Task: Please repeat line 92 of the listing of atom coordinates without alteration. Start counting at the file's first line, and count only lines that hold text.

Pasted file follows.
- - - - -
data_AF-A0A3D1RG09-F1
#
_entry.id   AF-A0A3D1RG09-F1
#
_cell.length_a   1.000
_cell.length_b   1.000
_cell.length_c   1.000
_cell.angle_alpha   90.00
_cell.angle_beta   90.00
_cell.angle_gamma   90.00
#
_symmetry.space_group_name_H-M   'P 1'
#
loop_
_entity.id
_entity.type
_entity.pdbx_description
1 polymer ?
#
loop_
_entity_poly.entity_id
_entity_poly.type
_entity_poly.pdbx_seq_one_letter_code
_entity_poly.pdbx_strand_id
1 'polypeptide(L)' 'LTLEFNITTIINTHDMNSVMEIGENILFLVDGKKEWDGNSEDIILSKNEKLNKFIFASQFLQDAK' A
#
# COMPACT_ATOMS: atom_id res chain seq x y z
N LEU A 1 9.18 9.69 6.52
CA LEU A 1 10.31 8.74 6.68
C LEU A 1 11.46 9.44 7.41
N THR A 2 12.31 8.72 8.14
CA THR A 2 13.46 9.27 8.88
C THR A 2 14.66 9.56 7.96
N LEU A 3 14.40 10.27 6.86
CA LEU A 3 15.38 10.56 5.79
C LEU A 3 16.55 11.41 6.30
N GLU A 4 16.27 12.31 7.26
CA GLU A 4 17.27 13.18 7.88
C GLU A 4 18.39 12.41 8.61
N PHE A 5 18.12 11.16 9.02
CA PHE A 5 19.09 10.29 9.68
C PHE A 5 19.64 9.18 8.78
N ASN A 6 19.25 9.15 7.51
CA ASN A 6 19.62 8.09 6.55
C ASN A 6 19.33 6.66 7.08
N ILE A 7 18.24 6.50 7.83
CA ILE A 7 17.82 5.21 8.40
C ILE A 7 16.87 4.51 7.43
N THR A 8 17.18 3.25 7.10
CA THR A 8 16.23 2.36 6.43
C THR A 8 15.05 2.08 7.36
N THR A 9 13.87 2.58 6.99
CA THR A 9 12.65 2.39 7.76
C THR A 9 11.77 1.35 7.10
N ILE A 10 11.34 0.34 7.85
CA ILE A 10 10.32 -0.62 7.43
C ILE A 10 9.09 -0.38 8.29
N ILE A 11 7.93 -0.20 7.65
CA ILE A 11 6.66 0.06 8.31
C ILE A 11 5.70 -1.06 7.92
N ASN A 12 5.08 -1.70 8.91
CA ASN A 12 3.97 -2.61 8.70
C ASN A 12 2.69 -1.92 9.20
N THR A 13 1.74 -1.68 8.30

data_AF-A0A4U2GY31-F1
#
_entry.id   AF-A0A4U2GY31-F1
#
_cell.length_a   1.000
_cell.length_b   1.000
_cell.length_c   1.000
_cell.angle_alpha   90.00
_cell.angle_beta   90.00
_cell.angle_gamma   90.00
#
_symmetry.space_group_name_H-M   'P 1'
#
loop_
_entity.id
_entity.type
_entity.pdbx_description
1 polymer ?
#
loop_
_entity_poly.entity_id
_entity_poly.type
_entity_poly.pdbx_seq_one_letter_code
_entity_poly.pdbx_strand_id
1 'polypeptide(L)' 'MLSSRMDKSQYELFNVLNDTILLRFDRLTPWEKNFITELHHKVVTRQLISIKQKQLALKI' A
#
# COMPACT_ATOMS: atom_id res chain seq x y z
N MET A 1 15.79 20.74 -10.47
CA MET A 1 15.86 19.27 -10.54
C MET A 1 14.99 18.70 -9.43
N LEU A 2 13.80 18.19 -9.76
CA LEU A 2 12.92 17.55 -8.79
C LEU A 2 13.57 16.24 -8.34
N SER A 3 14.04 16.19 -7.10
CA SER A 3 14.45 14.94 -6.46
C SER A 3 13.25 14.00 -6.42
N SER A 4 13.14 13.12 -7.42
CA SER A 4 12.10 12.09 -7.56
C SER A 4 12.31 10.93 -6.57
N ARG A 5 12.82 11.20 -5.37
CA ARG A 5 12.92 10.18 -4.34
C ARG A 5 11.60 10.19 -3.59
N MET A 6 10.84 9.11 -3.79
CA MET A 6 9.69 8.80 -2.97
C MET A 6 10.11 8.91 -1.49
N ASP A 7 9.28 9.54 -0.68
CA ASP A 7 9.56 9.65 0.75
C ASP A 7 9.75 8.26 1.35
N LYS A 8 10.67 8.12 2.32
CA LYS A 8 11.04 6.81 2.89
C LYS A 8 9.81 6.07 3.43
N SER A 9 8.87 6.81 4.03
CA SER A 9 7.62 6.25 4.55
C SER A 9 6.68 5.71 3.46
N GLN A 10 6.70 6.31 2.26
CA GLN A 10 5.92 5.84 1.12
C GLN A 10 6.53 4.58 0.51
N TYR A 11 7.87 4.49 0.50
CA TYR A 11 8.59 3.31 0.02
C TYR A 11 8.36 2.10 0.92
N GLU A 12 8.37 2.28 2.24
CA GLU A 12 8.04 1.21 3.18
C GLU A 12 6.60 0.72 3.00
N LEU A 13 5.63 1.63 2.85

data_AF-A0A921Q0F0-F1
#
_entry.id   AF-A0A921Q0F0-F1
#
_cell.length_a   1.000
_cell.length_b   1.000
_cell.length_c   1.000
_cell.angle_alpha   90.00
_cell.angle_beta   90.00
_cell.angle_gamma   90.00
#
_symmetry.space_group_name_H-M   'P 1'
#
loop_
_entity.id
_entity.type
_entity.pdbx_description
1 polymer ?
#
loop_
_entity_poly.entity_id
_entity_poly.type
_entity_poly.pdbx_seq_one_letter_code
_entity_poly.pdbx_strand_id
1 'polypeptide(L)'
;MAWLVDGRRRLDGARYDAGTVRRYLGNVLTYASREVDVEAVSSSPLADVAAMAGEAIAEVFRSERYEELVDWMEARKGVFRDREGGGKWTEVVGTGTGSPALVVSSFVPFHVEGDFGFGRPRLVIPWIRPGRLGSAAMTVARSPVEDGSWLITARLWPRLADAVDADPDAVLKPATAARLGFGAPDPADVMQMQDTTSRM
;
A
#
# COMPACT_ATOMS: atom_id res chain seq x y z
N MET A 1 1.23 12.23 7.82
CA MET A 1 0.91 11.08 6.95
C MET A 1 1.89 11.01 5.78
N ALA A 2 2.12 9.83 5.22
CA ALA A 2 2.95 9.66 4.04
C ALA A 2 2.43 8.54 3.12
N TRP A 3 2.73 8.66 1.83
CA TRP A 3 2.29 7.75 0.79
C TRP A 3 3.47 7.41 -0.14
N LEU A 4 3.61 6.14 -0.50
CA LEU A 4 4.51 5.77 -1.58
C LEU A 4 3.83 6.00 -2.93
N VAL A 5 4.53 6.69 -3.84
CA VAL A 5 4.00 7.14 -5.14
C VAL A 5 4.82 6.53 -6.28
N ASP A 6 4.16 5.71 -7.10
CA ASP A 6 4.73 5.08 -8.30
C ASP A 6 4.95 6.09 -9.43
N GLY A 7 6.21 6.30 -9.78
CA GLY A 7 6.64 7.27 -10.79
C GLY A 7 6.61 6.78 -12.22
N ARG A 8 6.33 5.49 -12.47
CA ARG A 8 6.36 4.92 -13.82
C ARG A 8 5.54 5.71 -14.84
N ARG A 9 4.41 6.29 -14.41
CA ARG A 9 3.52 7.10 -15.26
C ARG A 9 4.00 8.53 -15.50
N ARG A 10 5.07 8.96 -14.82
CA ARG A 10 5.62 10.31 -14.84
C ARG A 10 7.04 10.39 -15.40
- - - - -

N MET A 1 15.79 20.74 -10.47